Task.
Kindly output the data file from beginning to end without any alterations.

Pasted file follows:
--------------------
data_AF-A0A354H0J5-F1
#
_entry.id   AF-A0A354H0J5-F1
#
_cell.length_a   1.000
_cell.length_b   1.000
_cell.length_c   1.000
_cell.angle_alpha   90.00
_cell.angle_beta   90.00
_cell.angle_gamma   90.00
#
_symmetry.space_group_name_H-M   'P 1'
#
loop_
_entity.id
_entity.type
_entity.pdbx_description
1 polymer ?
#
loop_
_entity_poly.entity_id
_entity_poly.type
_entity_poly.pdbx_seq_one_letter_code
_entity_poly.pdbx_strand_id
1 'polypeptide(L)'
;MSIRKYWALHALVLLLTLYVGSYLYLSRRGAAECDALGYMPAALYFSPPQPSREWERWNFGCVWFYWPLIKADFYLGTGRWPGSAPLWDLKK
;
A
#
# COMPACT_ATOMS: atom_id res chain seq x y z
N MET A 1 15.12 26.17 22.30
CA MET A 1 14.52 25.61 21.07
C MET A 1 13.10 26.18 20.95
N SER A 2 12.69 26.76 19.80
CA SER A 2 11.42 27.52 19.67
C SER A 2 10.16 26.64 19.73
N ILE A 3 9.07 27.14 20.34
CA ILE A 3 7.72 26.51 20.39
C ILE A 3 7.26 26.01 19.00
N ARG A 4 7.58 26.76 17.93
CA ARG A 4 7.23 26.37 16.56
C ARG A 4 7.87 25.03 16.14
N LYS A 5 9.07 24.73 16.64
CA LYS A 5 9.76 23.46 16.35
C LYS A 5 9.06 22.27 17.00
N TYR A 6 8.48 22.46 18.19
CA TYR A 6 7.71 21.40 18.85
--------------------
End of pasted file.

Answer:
data_AF-A0A354H0J5-F1
#
_entry.id   AF-A0A354H0J5-F1
#
_cell.length_a   1.000
_cell.length_b   1.000
_cell.length_c   1.000
_cell.angle_alpha   90.00
_cell.angle_beta   90.00
_cell.angle_gamma   90.00
#
_symmetry.space_group_name_H-M   'P 1'
#
loop_
_entity.id
_entity.type
_entity.pdbx_description
1 polymer ?
#
loop_
_entity_poly.entity_id
_entity_poly.type
_entity_poly.pdbx_seq_one_letter_code
_entity_poly.pdbx_strand_id
1 'polypeptide(L)'
;MSIRKYWALHALVLLLTLYVGSYLYLSRRGAAECDALGYMPAALYFSPPQPSREWERWNFGCVWFYWPLIKADFYLGTGRWPGSAPLWDLKK
;
A
#
# COMPACT_ATOMS: atom_id res chain seq x y z
N MET A 1 15.12 26.17 22.30
CA MET A 1 14.52 25.61 21.07
C MET A 1 13.10 26.18 20.95
N SER A 2 12.69 26.76 19.80
CA SER A 2 11.42 27.52 19.67
C SER A 2 10.16 26.64 19.73
N ILE A 3 9.07 27.14 20.34
CA ILE A 3 7.72 26.51 20.39
C ILE A 3 7.26 26.01 19.00
N ARG A 4 7.58 26.76 17.93
CA ARG A 4 7.23 26.37 16.56
C ARG A 4 7.87 25.03 16.14
N LYS A 5 9.07 24.73 16.64
CA LYS A 5 9.76 23.46 16.35
C LYS A 5 9.06 22.27 17.00
N TYR A 6 8.48 22.46 18.19
CA TYR A 6 7.71 21.40 18.85